Nosocomial pneumonia is a common and serious occurrence in the ICU. It most often results from aspiration of oropharyngeal secretions that have become colonized with pathogenic enteric gram-negative bacilli. Colonization occurs in association with acute and chronic illness and particularly with therapy that includes nasogastric or endotracheal tubes, H2 blocking antacid drugs, or antibiotics; aspiration is increased by anesthesia, sedative drugs, and upper airway instrumentation. The diagnosis of ICU-acquired pneumonia is complicated greatly by the nonspecificity of clinical and laboratory data, and the difficulty in distinguishing the organisms producing infection from those merely colonizing the airway when using routine culture techniques. Among specialized diagnostic techniques, quantitative culture of specimens obtained with the protected sampling brush offers the most promise in establishing a specific microbacteriologic diagnosis of nosocomial pneumonia. Empirical treatment with broad spectrum antibiotics is frequently necessary when a specific diagnosis cannot be made. The poor outcome associated with nosocomial pneumonia, regardless of treatment, suggests that methods to prevent dissemination and oropharyngeal colonization of the offending organisms should be emphasized.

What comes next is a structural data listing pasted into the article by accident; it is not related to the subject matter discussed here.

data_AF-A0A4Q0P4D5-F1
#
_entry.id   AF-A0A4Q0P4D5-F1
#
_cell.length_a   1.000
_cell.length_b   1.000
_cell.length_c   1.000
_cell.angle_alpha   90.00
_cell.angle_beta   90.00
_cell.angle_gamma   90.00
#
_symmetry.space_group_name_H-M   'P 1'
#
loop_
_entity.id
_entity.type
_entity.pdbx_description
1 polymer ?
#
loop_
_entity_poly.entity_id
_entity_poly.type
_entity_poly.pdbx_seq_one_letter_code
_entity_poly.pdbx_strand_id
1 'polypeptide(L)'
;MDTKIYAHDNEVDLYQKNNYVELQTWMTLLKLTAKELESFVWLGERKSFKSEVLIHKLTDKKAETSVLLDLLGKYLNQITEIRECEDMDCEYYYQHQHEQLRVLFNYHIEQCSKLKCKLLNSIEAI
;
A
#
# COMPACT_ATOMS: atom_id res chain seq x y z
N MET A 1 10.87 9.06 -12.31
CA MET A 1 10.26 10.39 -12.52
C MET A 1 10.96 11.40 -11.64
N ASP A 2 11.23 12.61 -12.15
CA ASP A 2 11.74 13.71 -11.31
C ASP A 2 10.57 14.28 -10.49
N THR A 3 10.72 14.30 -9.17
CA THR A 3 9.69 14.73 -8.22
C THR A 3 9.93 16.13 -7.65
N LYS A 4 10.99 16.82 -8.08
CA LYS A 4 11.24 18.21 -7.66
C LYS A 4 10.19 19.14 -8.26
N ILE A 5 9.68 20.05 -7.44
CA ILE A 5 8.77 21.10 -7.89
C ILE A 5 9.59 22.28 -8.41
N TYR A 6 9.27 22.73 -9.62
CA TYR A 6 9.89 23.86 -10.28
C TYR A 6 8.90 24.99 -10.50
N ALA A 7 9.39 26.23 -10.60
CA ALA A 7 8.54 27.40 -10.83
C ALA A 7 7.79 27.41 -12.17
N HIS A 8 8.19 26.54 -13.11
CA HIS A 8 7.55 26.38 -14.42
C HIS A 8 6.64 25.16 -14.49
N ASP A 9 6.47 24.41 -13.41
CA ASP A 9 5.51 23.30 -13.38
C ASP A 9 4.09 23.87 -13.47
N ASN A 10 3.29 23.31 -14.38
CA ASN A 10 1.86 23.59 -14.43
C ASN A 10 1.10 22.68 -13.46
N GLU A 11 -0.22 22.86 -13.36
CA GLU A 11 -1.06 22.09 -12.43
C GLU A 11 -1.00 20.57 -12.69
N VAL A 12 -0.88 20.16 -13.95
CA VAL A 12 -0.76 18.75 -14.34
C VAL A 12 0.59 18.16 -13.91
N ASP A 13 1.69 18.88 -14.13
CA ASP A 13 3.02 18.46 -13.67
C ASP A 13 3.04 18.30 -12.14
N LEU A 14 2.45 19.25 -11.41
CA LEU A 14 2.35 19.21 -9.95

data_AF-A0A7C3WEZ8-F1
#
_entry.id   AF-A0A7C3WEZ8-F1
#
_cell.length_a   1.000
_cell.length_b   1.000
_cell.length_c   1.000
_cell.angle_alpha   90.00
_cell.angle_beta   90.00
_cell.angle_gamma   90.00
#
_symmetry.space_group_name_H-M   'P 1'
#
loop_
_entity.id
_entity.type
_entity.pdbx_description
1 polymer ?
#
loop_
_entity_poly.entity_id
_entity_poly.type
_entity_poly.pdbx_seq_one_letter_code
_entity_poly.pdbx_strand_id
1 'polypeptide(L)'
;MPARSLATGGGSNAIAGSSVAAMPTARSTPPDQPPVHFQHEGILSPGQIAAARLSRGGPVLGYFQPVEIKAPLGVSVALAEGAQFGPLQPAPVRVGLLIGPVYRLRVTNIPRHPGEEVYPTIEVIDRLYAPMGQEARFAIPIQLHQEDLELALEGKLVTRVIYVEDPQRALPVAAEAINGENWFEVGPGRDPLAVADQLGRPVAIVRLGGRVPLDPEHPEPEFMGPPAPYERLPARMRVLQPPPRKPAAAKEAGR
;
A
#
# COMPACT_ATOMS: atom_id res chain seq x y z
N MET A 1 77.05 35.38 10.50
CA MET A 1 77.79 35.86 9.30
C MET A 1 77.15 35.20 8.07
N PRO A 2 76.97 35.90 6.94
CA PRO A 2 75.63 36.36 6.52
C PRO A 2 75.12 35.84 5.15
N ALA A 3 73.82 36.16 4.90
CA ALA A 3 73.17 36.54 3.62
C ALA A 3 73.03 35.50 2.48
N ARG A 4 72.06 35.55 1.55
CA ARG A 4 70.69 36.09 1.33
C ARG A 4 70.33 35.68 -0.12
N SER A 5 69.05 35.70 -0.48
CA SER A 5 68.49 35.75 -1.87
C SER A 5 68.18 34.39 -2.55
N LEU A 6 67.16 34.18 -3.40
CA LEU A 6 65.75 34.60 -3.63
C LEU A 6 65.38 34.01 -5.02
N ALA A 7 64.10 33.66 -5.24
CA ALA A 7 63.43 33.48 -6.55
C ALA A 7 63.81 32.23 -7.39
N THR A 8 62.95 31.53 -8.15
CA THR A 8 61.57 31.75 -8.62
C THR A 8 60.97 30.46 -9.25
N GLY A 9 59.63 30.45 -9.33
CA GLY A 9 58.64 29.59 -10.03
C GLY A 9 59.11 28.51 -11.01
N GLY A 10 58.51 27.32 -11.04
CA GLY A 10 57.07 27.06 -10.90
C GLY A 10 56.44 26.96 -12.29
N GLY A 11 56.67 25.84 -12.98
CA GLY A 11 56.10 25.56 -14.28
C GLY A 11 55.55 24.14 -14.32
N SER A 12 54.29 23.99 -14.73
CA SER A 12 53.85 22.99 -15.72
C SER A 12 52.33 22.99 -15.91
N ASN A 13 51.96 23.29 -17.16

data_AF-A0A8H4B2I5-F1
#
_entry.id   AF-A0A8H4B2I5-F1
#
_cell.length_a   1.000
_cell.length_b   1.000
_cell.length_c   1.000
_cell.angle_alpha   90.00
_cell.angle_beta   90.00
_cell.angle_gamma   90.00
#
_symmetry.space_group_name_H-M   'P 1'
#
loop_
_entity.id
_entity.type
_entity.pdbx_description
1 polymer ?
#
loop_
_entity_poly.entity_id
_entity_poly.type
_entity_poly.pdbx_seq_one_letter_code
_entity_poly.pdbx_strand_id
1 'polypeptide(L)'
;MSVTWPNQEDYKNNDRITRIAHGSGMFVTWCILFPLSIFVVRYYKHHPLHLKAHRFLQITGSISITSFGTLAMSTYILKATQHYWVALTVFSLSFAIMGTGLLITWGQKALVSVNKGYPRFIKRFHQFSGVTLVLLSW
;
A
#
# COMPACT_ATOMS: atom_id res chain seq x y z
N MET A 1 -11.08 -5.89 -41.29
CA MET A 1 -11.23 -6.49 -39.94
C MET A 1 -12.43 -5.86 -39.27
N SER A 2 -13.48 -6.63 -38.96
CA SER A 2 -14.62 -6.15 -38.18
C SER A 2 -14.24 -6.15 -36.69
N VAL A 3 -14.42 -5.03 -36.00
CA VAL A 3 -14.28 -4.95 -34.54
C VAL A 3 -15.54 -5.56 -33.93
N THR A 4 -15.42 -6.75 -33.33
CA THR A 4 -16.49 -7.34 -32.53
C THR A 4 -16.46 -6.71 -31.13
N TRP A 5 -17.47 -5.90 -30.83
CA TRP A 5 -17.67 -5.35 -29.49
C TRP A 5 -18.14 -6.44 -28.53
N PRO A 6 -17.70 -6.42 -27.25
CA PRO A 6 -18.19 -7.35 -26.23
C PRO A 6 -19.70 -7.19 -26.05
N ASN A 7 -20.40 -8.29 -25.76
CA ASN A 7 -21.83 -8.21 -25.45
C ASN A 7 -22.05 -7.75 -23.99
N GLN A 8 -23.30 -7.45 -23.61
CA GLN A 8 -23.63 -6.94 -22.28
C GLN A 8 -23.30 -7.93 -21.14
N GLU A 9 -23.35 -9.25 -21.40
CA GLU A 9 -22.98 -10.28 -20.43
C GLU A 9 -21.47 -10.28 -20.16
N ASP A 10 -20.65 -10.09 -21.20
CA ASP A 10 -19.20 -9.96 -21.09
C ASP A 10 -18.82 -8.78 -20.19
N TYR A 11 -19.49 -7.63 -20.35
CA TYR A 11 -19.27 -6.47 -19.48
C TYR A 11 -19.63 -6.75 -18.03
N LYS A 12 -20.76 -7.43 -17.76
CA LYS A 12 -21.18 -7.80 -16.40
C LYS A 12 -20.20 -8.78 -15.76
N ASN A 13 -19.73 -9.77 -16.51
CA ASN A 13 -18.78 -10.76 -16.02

All Science Journal Classification (ASJC) codes
- Critical Care and Intensive Care Medicine